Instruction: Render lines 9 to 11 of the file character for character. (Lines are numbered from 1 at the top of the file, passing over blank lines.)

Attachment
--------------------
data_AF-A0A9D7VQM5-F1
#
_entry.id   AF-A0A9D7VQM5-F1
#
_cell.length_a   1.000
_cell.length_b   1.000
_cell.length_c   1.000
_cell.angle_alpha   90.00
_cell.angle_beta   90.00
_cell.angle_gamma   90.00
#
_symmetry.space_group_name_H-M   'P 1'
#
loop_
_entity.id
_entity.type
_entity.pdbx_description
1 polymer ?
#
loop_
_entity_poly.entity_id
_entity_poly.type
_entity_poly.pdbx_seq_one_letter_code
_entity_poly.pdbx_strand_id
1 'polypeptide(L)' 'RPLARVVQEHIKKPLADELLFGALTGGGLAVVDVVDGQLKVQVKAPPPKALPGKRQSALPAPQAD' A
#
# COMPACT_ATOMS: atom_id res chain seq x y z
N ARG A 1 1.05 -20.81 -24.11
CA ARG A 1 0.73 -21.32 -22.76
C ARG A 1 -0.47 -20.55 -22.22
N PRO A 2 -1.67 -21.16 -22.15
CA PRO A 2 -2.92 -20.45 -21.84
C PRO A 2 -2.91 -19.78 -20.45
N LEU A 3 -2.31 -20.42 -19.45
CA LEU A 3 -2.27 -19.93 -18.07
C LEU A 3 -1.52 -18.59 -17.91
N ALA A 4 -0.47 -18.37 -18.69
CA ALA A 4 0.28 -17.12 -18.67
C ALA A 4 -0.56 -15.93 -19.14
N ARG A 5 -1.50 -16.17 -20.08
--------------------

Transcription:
_cell.angle_beta   90.00
_cell.angle_gamma   90.00
#